Corporate tax holiday fans dismiss congressional estimate

Proponents of a corporate tax holiday are pushing back against a congressional analysis that says the idea could cost the Treasury billions of dollars in the long run. 

Rep. Kevin BradyKevin Patrick BradyDemocrats, GOP spar over Treasury rules on Trump tax law Ex-HHS chief threatens to vote 'no' on surprise medical billing measure Bipartisan Ways and Means leaders unveil measure to stop surprise medical bills MORE (R-Texas) and the WIN America Campaign, both of whom are pushing to allow American multinationals to temporarily bring offshore profits here at a drastically lower tax rate, say the Joint Committee on Taxation’s projections strike them as wildly off.

“They factored in some behavioral responses that I just don’t think are accurate,” Brady, who has introduced so-called repatriation legislation with a bipartisan group of House members, said in a phone interview.


The nonpartisan JCT estimated the costs of a tax holiday at the request of Rep. Lloyd Doggett (D-Texas), one of the proposal’s more fervent opponents. The projections were based off of two generic holidays instead of the House legislation, though Brady has said he expects to get a JCT score for his proposal.

The congressional analysis found that one general repatriation plan would bring in roughly $25 billion over the first three years, but eventually lose close to $79 billion over a decade – in part, JCT said, because corporations would repatriate funds during the holiday that had been earmarked for a later date, thus decreasing the Treasury’s take. 

The bill introduced by Brady, Rep. Jim MathesonJames (Jim) David MathesonTrump EPA eases standards for coal ash disposal Utah redistricting reform measure likely to qualify for ballot Trump's budget targets affordable, reliable power MORE (D-Utah) and others would allow multinationals to bring profits kept abroad to the U.S. at a top rate of 5.25 percent in either 2011 or 2012 – vastly lower than the current top corporate rate of 35 percent. Under current law, U.S. corporations are taxed on profits they make around the world, but can defer paying until they bring that revenue into America. 

The new House measure, which also contains provisions intended to discourage corporations from shedding jobs, is similar to a holiday passed by Congress in 2004.

Rep. Eric CantorEric Ivan CantorThe Democrats' strategy conundrum: a 'movement' or a coalition? The biggest political upsets of the decade Bottom Line MORE (R-Va.), the House majority leader, has expressed some enthusiasm about the bill, as has the WIN campaign – which has close to 40 members, including technology giants like Apple, Cisco and Google. They say that a holiday would inject new revenue into the economy as Washington policymakers work toward more fundamental tax reform.

Skeptics of the previous holiday – including Doggett and Sen. Max BaucusMax Sieben BaucusBaucus backing Biden's 2020 bid Bottom line Overnight Defense: McCain honored in Capitol ceremony | Mattis extends border deployment | Trump to embark on four-country trip after midterms MORE (D-Mont.), the Senate Finance Committee chairman – have expressed doubts that it helped create jobs. Some also say that enacting another holiday would simply encourage multinationals to stash more and more profits abroad, something JCT hinted at in their analysis, and that it would distract from the larger reform push.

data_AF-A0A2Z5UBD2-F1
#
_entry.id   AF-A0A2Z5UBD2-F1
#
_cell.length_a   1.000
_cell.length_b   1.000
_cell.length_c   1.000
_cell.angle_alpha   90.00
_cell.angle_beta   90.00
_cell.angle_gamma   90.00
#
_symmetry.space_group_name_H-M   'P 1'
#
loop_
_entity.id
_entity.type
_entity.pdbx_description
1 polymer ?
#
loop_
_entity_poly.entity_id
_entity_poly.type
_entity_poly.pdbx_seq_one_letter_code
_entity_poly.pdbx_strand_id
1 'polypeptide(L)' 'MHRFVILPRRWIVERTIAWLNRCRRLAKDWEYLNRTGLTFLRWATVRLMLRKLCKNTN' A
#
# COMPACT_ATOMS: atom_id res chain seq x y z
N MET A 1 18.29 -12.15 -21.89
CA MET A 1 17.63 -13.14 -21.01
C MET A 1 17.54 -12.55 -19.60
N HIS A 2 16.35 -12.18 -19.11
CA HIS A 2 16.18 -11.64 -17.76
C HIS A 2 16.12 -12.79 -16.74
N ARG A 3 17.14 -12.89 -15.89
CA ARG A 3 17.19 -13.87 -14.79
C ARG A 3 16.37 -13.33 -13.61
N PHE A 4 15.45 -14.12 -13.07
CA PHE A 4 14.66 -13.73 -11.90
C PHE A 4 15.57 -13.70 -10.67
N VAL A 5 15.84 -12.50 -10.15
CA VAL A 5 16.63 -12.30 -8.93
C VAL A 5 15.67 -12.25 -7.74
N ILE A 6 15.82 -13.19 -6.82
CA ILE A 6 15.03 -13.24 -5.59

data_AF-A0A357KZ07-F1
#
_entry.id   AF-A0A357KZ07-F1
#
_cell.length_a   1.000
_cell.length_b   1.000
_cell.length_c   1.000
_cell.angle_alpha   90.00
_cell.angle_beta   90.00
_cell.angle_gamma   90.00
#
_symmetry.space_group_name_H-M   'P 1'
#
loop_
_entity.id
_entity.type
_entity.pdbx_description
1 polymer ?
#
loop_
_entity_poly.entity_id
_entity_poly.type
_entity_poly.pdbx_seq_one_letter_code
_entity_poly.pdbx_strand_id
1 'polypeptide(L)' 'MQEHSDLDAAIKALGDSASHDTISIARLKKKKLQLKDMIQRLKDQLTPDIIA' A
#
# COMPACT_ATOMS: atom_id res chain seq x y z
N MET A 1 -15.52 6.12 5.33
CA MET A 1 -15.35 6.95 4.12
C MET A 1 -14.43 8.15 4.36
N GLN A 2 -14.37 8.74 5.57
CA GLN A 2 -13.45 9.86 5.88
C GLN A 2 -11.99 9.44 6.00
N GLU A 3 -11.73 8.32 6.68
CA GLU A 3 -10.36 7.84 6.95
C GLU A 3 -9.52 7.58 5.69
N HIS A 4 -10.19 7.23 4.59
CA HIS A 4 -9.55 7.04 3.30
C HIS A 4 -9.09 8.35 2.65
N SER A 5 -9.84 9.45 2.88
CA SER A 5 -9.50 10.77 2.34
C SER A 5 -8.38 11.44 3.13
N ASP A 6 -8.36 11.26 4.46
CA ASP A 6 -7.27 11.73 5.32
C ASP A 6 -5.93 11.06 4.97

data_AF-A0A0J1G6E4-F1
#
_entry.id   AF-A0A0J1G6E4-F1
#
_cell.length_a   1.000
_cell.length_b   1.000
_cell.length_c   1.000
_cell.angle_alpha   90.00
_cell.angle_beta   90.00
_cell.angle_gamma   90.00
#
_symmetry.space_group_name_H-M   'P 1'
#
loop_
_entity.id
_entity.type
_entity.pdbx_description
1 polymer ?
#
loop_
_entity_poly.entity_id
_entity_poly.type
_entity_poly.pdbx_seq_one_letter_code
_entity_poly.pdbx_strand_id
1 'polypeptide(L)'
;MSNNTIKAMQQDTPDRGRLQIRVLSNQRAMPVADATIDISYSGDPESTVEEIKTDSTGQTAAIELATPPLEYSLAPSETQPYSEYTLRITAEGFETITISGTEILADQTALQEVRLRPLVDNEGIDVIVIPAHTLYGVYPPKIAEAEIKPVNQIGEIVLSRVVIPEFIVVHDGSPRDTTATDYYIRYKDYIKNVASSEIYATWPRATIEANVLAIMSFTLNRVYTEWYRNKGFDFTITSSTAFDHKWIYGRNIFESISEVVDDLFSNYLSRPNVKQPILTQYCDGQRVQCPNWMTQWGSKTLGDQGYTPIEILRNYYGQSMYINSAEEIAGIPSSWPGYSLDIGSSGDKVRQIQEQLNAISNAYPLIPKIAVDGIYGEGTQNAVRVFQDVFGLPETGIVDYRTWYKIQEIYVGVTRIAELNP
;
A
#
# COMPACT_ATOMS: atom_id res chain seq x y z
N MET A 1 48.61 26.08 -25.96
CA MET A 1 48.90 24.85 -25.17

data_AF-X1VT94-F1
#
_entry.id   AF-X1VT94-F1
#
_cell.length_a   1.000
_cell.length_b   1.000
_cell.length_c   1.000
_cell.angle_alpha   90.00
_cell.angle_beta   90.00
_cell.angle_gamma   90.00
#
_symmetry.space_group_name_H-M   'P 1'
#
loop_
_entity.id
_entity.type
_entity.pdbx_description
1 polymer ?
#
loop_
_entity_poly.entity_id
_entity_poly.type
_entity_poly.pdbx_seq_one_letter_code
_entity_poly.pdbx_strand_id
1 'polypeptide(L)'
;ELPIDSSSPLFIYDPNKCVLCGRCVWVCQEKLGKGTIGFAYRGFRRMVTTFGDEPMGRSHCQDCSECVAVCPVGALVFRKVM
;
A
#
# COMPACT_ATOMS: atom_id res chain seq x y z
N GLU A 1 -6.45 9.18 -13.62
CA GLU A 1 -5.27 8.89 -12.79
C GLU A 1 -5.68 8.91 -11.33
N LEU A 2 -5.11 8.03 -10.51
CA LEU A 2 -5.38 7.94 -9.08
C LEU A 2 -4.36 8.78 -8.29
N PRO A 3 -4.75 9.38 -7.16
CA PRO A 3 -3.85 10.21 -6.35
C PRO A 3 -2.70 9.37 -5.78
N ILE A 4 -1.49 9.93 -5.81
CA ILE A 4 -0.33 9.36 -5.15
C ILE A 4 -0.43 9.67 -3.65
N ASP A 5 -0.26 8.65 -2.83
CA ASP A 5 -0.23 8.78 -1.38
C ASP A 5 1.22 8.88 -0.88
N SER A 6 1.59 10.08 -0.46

Corporate America is also not totally united behind the idea: IBM has indicated that energies would be better focused on a corporate tax overhaul, as did four top corporate financial officers who testified before Congress last week.

Brady and WIN America criticized the JCT projections from a variety of angles. A document the business coalition prepared in response to the JCT analysis declared that the committee vastly undercounted how much multinationals would repatriate, saying that the holiday would entice the return of money that otherwise would be trapped offshore.

“A variety of economists and financial analysts have found that repatriation will generate a significant amount of revenue in addition to providing a major boost to our economy,” the campaign said in a statement. “This money isn’t coming back at the current tax rate, so to claim that it will is disingenuous.”

For his part, Brady asserted that he did not believe a holiday would encourage corporations to keep more profits outside of the U.S. 

Doggett – like Brady, a member of the tax-writing House Ways and Means Committee – responded that the backers of a tax holiday were merely shooting the messenger in their criticisms of JCT.

“Even more outrageous than ignoring the views of the accepted authority on taxes – the nonpartisan Joint Committee on Taxation – is ignoring the complete failure of this tax giveaway to encourage job creation in 2004,” Doggett said in a statement.   

Brady, who is also the vice chairman of the Joint Economic Committee, also signaled that tax reform was the more important matter. 

The Treasury Department, which is working on its own corporate tax reform plan, has said that it will not look at repatriation outside of the tax overhaul debate. And Rep. Dave Camp (R-Mich.), the chairman of House Ways and Means, has indicated that he supports repatriation efforts, but that his focus is on comprehensive tax reform

“We’re hopeful that people line up behind fundamental reform sooner rather than later,” Brady said.